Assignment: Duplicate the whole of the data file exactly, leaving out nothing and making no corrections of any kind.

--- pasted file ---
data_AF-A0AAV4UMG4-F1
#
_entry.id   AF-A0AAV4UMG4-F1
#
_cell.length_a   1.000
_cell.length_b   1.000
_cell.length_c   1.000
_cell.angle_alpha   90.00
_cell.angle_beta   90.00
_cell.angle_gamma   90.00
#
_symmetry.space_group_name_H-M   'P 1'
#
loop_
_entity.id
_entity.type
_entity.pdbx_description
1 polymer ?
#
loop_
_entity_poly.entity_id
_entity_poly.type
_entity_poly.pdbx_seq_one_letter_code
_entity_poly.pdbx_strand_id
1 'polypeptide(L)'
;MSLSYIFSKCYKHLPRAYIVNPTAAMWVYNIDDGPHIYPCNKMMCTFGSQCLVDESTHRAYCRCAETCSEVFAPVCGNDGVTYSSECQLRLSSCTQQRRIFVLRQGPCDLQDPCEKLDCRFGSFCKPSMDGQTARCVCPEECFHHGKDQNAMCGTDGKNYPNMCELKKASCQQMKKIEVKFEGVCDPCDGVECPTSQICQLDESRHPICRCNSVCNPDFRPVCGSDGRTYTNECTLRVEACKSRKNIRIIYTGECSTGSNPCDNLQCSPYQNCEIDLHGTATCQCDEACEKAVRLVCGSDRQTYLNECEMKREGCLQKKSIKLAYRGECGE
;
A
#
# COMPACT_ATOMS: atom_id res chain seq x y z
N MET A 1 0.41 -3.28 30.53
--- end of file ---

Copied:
data_AF-A0AAV4UMG4-F1
#
_entry.id   AF-A0AAV4UMG4-F1
#
_cell.length_a   1.000
_cell.length_b   1.000
_cell.length_c   1.000
_cell.angle_alpha   90.00
_cell.angle_beta   90.00
_cell.angle_gamma   90.00
#
_symmetry.space_group_name_H-M   'P 1'
#
loop_
_entity.id
_entity.type
_entity.pdbx_description
1 polymer ?
#
loop_
_entity_poly.entity_id
_entity_poly.type
_entity_poly.pdbx_seq_one_letter_code
_entity_poly.pdbx_strand_id
1 'polypeptide(L)'
;MSLSYIFSKCYKHLPRAYIVNPTAAMWVYNIDDGPHIYPCNKMMCTFGSQCLVDESTHRAYCRCAETCSEVFAPVCGNDGVTYSSECQLRLSSCTQQRRIFVLRQGPCDLQDPCEKLDCRFGSFCKPSMDGQTARCVCPEECFHHGKDQNAMCGTDGKNYPNMCELKKASCQQMKKIEVKFEGVCDPCDGVECPTSQICQLDESRHPICRCNSVCNPDFRPVCGSDGRTYTNECTLRVEACKSRKNIRIIYTGECSTGSNPCDNLQCSPYQNCEIDLHGTATCQCDEACEKAVRLVCGSDRQTYLNECEMKREGCLQKKSIKLAYRGECGE
;
A
#
# COMPACT_ATOMS: atom_id res chain seq x y z
N MET A 1 0.41 -3.28 30.53